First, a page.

There are definite echoes of Blanchett’s tour de force performance in A Streetcar Named Desire here, with Chili a kind of hot-blooded Stanley to Jasmine’s pretentious Blanche Dubois figure. As in the Tennessee Williams classic, the arrival of a down-on-her-luck heroine strains the relationship of her reluctant hosts, and Hawkins is terrific as the long-suffering Ginger.

The performances make up for the shortcomings in a script which is surprisingly slight at times, lacking for something new to say about the Bernie Madoff-like figure of Hal and his downfall. Still, the prickly figure of Jasmine, a character who is by turns contemptible and pitiful, washing Xanax down with vodka as she endlessly recounts stories from better times, is perfectly realised, and Blanchett’s compelling work lights up one of Woody Allen’s darkest films.

Film reviews

Film Review – Alan Partridge (Alpha Papa) (2013)

Alan Partridge (Steve Coogan) is a man with such a proficient ability to inject even the most banal of situations with toe-curling awkwardness that it borders on being a talent. A much-loved character that fans have followed over a range of TV series, specials, radio plays and his I, Partridge autobiography, this latest instalment (and the first big-screen outing for the character) is an unusually high-concept affair which makes the most of its delicious conceit.

Having schemed desperately (but unsuccessfully) for his old TV hosting job, Partridge is still clinging onto his local celebrity status, revelling in the  soul-crushingly inane show where he tackle questions such as “What’s the worst kind of monger? Fish, Rumour, Iron or War?”.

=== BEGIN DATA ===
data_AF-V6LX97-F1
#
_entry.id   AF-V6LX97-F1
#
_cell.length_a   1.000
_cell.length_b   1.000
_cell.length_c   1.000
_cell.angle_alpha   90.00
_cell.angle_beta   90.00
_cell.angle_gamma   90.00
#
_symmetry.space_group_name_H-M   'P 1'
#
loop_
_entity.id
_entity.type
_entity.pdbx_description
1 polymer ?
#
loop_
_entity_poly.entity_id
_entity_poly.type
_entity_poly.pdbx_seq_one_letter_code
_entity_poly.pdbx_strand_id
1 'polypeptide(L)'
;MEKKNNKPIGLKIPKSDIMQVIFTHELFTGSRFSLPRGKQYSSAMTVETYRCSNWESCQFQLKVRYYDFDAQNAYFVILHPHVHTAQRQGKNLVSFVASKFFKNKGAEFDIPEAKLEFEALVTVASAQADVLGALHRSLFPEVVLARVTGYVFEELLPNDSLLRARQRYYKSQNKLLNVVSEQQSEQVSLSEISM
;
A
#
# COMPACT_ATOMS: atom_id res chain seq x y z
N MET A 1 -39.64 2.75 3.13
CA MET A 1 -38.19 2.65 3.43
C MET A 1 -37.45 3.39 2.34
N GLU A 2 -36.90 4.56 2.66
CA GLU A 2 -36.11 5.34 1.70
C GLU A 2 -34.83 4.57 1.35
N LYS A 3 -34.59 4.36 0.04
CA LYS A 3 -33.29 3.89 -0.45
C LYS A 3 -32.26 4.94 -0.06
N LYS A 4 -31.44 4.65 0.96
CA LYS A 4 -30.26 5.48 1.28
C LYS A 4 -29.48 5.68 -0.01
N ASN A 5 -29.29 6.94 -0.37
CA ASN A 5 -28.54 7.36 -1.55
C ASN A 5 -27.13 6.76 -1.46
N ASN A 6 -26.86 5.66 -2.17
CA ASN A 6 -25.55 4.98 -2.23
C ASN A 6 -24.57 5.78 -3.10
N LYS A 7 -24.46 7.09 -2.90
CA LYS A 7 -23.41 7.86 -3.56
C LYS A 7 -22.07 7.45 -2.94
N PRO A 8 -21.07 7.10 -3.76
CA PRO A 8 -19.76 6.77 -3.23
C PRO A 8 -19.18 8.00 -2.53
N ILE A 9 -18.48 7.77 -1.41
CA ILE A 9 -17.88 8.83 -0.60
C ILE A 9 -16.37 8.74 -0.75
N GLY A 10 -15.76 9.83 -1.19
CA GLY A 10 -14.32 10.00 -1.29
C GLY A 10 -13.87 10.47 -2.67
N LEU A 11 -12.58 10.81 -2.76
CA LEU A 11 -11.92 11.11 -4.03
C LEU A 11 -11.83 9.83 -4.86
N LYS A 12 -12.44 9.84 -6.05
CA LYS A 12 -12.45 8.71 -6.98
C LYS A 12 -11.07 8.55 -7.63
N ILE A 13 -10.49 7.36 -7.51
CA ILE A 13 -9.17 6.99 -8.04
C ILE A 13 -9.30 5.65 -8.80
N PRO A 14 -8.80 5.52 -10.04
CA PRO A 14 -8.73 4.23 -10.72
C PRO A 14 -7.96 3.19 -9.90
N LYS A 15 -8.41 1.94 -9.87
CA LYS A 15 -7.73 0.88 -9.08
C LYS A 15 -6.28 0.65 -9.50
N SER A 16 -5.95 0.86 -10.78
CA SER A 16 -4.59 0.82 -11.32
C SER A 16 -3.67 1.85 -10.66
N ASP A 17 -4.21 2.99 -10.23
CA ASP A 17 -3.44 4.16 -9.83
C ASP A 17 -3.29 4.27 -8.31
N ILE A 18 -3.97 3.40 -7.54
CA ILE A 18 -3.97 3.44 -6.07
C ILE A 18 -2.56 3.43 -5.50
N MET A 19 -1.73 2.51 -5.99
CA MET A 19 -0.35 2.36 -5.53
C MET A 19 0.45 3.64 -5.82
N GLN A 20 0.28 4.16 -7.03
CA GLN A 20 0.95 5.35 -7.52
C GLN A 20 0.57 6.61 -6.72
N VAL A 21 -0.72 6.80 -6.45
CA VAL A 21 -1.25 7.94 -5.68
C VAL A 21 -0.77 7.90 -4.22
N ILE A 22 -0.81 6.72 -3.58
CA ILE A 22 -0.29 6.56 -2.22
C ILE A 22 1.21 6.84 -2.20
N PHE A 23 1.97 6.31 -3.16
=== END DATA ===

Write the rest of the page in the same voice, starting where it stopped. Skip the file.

When the station is taken over by a corporation intent on rebranding the backwater North Norfolk Digital as a vibrant youth station, he barely survives the cull. The upheaval sees the ageing Pat (Colm Meaney) axed, a decision he responds to by returning to a station party with a gun and taking the staff hostage. By dumb luck, Alan finds himself outside the station as the siege begins, and as the only one Pat trusts, he finds himself pushed into being the go-between between Pat and the police tasked with ending the siege. Simultaneously fearful and puffed up with importance, he soon starts to think that being the face of the siege (or “siege face” in his words) could be just the tonic his forever ailing career needs.

Among those trapped at the station are the hapless Sidekick Simon (the hilarious Tim Key) and Angela (Monica Dolan), a co-worker so socially inept and desperate that she seems a plausible love interest for Alan. It also wouldn’t be a Partridge show without Alan’s long-suffering assistant Lynn (Felicity Montagu), who is on hand to massage Alan’s fragile ego and generally be bossed around and underappreciated.

It’s interesting to see how the character of Partridge has softened over the years. Initially a misanthropic buffoon with the soul of a parking station, Partridge now seems completely eccentric and devoid of self-awareness but an essentially sympathetic figure who you actually cheer for as he finds himself in way over his head.

The lighter tone hasn’t led to a lack of laughs though — whether singing along to Roachford, back-announcing his soft rock favourites with baffling non-sequiturs, losing his trousers while managing to lock himself out of the under-siege building or completely misjudging every single conversation he enters, the painfully funny Partridge remains exhibit A in the argument for Coogan’s status as a comic genius.